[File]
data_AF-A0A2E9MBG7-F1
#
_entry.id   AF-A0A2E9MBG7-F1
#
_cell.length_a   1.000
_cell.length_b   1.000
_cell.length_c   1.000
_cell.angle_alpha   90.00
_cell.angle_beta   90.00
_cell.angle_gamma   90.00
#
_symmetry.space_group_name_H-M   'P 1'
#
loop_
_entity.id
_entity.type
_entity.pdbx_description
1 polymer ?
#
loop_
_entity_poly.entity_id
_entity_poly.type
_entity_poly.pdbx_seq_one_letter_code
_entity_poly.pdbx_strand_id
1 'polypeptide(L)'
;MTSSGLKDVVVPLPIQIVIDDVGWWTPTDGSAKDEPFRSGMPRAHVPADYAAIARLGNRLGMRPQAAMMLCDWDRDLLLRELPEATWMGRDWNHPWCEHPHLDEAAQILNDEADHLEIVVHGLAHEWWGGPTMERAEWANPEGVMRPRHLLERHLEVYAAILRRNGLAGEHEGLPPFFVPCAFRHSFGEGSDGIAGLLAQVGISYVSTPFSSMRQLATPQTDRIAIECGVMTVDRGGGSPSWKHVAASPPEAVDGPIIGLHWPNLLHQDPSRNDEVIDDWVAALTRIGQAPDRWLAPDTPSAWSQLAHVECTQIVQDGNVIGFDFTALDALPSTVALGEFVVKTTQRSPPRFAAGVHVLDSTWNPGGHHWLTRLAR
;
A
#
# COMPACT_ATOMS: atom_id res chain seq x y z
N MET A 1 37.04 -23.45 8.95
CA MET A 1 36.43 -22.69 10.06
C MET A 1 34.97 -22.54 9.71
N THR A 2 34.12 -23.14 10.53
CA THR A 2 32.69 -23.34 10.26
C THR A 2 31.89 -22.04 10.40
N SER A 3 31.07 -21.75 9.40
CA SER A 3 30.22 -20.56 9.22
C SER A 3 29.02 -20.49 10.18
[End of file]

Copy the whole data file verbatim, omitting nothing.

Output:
data_AF-A0A2E9MBG7-F1
#
_entry.id   AF-A0A2E9MBG7-F1
#
_cell.length_a   1.000
_cell.length_b   1.000
_cell.length_c   1.000
_cell.angle_alpha   90.00
_cell.angle_beta   90.00
_cell.angle_gamma   90.00
#
_symmetry.space_group_name_H-M   'P 1'
#
loop_
_entity.id
_entity.type
_entity.pdbx_description
1 polymer ?
#
loop_
_entity_poly.entity_id
_entity_poly.type
_entity_poly.pdbx_seq_one_letter_code
_entity_poly.pdbx_strand_id
1 'polypeptide(L)'
;MTSSGLKDVVVPLPIQIVIDDVGWWTPTDGSAKDEPFRSGMPRAHVPADYAAIARLGNRLGMRPQAAMMLCDWDRDLLLRELPEATWMGRDWNHPWCEHPHLDEAAQILNDEADHLEIVVHGLAHEWWGGPTMERAEWANPEGVMRPRHLLERHLEVYAAILRRNGLAGEHEGLPPFFVPCAFRHSFGEGSDGIAGLLAQVGISYVSTPFSSMRQLATPQTDRIAIECGVMTVDRGGGSPSWKHVAASPPEAVDGPIIGLHWPNLLHQDPSRNDEVIDDWVAALTRIGQAPDRWLAPDTPSAWSQLAHVECTQIVQDGNVIGFDFTALDALPSTVALGEFVVKTTQRSPPRFAAGVHVLDSTWNPGGHHWLTRLAR
;
A
#
# COMPACT_ATOMS: atom_id res chain seq x y z
N MET A 1 37.04 -23.45 8.95
CA MET A 1 36.43 -22.69 10.06
C MET A 1 34.97 -22.54 9.71
N THR A 2 34.12 -23.14 10.53
CA THR A 2 32.69 -23.34 10.26
C THR A 2 31.89 -22.04 10.40
N SER A 3 31.07 -21.75 9.40
CA SER A 3 30.22 -20.56 9.22
C SER A 3 29.02 -20.49 10.18